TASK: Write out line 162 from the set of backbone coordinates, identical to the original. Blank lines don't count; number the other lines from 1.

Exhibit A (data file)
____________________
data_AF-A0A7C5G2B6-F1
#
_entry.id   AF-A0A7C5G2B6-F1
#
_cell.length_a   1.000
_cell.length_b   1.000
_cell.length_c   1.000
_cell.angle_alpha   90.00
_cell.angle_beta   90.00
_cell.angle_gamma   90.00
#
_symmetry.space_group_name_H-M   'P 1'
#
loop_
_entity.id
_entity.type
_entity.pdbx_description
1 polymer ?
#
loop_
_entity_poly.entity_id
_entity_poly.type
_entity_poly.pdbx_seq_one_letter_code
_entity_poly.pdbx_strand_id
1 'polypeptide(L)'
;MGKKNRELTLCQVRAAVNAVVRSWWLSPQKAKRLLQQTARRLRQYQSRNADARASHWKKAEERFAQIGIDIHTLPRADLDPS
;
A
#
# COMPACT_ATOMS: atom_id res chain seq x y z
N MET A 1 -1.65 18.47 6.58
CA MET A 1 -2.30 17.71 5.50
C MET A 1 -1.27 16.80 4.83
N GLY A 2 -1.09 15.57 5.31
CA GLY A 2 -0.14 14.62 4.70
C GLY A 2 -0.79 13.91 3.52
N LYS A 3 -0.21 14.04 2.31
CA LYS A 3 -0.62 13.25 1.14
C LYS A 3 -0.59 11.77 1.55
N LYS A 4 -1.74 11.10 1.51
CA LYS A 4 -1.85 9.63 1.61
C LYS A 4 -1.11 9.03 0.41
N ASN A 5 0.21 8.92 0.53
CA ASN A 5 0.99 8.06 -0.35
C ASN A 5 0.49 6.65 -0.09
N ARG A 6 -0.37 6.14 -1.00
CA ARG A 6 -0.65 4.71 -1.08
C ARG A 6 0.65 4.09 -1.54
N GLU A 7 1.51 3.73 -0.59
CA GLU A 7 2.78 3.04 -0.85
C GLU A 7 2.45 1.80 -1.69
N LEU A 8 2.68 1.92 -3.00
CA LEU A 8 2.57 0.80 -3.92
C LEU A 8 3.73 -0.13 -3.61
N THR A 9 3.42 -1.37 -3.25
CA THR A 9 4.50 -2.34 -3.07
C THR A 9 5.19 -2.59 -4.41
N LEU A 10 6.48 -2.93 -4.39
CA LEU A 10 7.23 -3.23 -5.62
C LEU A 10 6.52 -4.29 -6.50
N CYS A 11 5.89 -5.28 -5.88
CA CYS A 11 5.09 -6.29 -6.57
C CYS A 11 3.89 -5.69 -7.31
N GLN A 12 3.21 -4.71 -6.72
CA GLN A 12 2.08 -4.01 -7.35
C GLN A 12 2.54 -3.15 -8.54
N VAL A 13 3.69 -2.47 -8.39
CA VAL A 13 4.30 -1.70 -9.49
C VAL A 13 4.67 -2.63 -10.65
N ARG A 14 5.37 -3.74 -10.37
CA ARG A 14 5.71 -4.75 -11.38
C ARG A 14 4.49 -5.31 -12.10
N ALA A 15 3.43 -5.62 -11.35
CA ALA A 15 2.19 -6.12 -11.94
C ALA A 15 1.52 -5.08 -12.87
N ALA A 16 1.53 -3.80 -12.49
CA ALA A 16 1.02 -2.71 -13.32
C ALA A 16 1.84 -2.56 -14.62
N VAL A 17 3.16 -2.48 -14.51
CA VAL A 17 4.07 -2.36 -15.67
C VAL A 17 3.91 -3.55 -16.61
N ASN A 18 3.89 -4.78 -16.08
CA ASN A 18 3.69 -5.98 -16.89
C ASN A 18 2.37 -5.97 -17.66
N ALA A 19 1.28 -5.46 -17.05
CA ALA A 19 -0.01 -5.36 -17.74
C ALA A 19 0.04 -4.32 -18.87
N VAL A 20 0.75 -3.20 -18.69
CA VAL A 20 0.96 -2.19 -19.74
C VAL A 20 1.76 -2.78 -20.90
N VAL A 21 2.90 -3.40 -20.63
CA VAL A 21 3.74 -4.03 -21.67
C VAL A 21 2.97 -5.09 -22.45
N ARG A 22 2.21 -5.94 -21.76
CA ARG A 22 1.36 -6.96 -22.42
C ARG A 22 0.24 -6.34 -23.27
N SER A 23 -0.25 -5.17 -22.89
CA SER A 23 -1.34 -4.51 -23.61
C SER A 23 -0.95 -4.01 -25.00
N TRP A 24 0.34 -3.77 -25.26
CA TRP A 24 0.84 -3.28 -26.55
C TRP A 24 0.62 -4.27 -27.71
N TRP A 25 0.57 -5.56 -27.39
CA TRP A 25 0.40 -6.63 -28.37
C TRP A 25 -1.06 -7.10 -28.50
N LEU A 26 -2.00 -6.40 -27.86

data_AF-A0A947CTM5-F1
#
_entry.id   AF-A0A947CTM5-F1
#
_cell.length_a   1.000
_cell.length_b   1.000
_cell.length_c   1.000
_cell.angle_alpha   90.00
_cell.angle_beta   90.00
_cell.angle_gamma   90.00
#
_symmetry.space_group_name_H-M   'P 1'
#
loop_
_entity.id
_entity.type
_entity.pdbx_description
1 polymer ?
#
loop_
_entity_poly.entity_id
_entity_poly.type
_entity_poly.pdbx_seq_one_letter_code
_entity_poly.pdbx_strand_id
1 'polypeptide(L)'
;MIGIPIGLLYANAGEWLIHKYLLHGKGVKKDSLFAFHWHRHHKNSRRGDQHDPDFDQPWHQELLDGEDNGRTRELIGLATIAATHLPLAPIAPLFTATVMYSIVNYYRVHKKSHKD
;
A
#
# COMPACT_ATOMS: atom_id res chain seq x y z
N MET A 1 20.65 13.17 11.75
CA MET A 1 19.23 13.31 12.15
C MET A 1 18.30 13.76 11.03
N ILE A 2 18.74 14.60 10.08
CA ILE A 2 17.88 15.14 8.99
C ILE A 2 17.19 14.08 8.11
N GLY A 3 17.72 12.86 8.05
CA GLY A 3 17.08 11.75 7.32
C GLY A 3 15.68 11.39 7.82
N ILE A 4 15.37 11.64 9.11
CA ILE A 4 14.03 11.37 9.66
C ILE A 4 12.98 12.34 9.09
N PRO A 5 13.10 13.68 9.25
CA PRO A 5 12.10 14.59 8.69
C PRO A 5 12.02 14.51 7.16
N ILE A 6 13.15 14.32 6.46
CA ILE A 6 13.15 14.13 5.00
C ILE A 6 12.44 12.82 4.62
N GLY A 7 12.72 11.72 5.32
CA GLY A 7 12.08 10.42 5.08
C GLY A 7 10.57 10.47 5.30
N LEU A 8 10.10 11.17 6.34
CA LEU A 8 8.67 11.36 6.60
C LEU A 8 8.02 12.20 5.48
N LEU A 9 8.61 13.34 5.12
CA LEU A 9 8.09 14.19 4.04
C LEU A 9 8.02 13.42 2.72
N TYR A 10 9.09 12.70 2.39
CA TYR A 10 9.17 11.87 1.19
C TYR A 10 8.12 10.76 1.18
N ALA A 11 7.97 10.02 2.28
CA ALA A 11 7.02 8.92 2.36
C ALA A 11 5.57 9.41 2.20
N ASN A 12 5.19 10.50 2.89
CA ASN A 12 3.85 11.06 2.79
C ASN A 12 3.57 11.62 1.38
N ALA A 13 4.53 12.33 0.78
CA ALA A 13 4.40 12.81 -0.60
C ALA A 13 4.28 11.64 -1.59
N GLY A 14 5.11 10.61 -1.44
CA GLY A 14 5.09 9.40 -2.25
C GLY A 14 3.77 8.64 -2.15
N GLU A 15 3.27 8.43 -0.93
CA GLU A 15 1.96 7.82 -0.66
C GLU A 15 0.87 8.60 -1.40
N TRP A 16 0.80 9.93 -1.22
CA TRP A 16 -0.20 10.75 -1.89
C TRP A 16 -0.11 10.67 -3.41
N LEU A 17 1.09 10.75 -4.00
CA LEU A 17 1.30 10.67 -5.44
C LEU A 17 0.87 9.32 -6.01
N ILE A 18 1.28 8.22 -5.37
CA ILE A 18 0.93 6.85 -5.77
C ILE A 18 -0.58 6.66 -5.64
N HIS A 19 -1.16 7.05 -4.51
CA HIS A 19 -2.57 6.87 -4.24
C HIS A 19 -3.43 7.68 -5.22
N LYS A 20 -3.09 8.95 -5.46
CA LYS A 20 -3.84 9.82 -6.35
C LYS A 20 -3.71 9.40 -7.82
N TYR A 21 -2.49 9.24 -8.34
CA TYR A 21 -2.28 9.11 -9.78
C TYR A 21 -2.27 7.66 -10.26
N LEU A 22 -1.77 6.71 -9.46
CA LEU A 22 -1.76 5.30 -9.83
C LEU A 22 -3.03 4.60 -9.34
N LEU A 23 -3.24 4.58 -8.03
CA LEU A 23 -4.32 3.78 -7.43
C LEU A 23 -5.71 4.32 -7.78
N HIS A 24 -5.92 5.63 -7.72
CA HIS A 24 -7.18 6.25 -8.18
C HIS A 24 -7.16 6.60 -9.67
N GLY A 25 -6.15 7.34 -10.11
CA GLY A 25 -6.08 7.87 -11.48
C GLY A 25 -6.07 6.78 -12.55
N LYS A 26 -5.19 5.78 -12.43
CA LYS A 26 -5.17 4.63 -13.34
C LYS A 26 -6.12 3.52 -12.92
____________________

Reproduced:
CA LEU A 9 8.09 14.19 4.04